On August 4, 2017, Ms Megan Davidson, 27, commited suicide after battling with diabetes and diabulimia.
Megan was driven to suicide after her battle with her eating disorder and diabetes.
She died three days after she was discharged from mental health services after they thought she did not to have clinical depression and had full capacity according to the inquest.
On the morning of her death she had texted therapist, Renata Harris, saying: ‘Please make sure the emergency services find my body so my parents don’t have to.’
The 27-year-old’s body was found by police who had eventually been alerted by the therapist who received Ms Davison’s text message.
Ms Davison had previously tried to kill herself at the end of 2016 through an overdose.
The therapist decided the text had no ‘immediate implications’ and so did not tell anyone about it for almost an hour.
When police were contacted they went to Ms Davison’s home in Cheshunt, Hertfordshire, and found her body.
Megan is not alone,
The word diabulimia is a merger of the word diabetes and bulimia.
Though this word is not officially recognized, Diabulimia describes the situation where somebody deliberately and regularly reduces the amount of insulin they take due to concerns over their body weight and/or shape.
The American Diabetes Association indicates that 30-40 percent of female teenagers and young female adults with diabetes alter or skip insulin to control their weight. “If you have diabetes, then the risk of developing an eating disorder is about twice as likely than if you didn’t,” says Ronald Steingard, M.D., of Walden Behavioral Care in Waltham, MA and research consultant for Harris Center for Eating Disorders at Harvard University.
Individuals suffering from diabulimia intentionally misuse insulin for weight control, including:
- Decreasing the prescribed dose of insulin
- Omitting insulin entirely
- Delaying the appropriate dose
- Or, manipulating the insulin itself to render it inactive
On the long term, there is severe hypoglycemia and weight loss because the body would break down fats for energy since there is no insulin to help the tissues utilize glucose effectively.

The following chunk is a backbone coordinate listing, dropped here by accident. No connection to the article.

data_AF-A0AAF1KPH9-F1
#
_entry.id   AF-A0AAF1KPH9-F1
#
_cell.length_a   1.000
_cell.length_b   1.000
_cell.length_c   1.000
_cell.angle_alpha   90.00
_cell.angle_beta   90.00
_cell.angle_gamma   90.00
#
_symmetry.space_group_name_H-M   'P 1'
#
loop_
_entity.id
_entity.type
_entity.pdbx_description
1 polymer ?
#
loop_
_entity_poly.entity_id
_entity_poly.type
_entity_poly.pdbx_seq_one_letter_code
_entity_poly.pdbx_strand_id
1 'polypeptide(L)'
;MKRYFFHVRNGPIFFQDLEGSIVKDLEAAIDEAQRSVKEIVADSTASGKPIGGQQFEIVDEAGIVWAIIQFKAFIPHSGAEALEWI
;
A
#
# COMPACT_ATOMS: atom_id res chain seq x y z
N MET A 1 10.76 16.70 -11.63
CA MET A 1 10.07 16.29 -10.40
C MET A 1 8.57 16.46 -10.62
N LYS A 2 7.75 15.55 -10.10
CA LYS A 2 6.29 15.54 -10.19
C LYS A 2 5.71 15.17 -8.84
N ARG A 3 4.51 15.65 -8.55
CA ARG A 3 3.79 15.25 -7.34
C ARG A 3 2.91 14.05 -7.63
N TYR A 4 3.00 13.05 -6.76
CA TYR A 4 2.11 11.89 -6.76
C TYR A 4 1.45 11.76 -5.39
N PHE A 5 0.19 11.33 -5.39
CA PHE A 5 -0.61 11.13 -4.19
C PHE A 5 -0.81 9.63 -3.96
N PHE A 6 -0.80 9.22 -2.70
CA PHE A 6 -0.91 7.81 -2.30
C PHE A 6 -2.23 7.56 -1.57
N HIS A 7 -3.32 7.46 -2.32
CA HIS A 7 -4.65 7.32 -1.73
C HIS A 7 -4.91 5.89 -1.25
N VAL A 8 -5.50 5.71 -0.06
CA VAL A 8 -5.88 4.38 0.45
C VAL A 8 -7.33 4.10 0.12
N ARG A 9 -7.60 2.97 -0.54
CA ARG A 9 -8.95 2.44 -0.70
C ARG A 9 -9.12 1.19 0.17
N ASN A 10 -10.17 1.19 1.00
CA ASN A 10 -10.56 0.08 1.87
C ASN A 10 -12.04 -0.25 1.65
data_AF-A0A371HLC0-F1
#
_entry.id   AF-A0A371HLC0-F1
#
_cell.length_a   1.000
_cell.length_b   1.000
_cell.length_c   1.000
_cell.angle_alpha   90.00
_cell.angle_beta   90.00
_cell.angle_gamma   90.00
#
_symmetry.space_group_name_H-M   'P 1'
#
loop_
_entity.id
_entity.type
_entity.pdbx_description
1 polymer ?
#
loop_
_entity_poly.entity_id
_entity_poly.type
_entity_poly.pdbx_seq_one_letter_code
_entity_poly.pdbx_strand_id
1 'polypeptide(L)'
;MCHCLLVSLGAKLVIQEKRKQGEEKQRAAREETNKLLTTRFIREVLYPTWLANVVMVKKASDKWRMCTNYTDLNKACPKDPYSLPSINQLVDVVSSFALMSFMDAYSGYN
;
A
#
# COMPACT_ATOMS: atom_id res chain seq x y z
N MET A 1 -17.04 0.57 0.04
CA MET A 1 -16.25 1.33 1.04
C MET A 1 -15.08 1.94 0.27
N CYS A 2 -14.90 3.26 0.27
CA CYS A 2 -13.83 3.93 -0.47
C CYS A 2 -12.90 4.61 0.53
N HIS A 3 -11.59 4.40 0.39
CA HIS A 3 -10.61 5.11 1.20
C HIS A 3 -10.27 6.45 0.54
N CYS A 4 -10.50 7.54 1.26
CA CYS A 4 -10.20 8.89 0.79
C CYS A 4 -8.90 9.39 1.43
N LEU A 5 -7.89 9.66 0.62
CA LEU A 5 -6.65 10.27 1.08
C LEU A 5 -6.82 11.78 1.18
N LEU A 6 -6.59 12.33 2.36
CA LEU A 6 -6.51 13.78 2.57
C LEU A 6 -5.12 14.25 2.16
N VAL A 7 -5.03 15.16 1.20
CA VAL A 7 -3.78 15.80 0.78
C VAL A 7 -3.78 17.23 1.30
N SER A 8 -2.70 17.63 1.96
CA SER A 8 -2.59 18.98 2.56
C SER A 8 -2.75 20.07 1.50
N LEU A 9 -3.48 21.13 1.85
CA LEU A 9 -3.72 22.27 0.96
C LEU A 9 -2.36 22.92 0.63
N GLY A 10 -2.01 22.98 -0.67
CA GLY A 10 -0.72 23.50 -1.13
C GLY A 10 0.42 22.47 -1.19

Diabulimia is a mental health issue and health care providers should be able to recognize this and refer appropriately for psychological help if need be.
Although, this might not be popular among Nigerians, it just might be because we do not have enough statistics and so many people with mental health issues do not regularly reach out for help.
Warning signs and symptoms of diabulimia
Emotional and behavioural
- Secrecy about diabetes management
- Increased neglect about diabetes management
- Avoiding diabetes related appointments
- Fear of low blood sugars
- Fear that “insulin makes me fat”
- Extreme increase or decrease in diet
- Extreme anxiety about body image
- Restricting certain food or food groups to lower insulin dosages
- Avoids eating with family or in public
- Discomfort testing/injecting in front of others
- Overly strict food rules
- Preoccupation with food, weight and/or calories
- Excessive and/or rigid exercise
- Increase in sleep pattern
- Withdrawal from friends and/or family activities
- Depression and/or anxiety
- Infrequently filled prescriptions
- A1c of 9.0 or higher on a continuous basis
- A1c inconsistent with meter readings
- Unexplained weight loss
- Constant bouts of nausea and/or vomiting
- Persistent thirst and frequent urination
- Multiple DKA or near DKA episodes
- Low sodium and/or potassium
- Frequent bladder and/or yeast infections
- Irregular or lack of menstruation
- Deteriorating or blurry vision
- Fatigue or lethargy
- Dry hair and skin
It would be of immense help if
- Psychological factors should always be considered, assessed and excluded in all episodes of DKA.
- Sufficient time, resources and training must be in place to enable diabetes healthcare professionals to identify and support people with diabulimia effectively.
1) Colton, P. A., Olmsted, M. P., Daneman, D., Farquhar, J. C., Wong, H., Muskat, S., & Rodin, G. M. (2015). Eating disorders in girls and women with type 1 diabetes: a longitudinal study of prevalence, onset, remission, and recurrence. Diabetes care, 38(7), 1212-1217.
2) Svensson, M., Engström, I., & Åman, J. (2003). Higher drive for thinness in adolescent males with insulin‐dependent diabetes mellitus compared with healthy controls. Acta Paediatrica, 92(1), 114-117.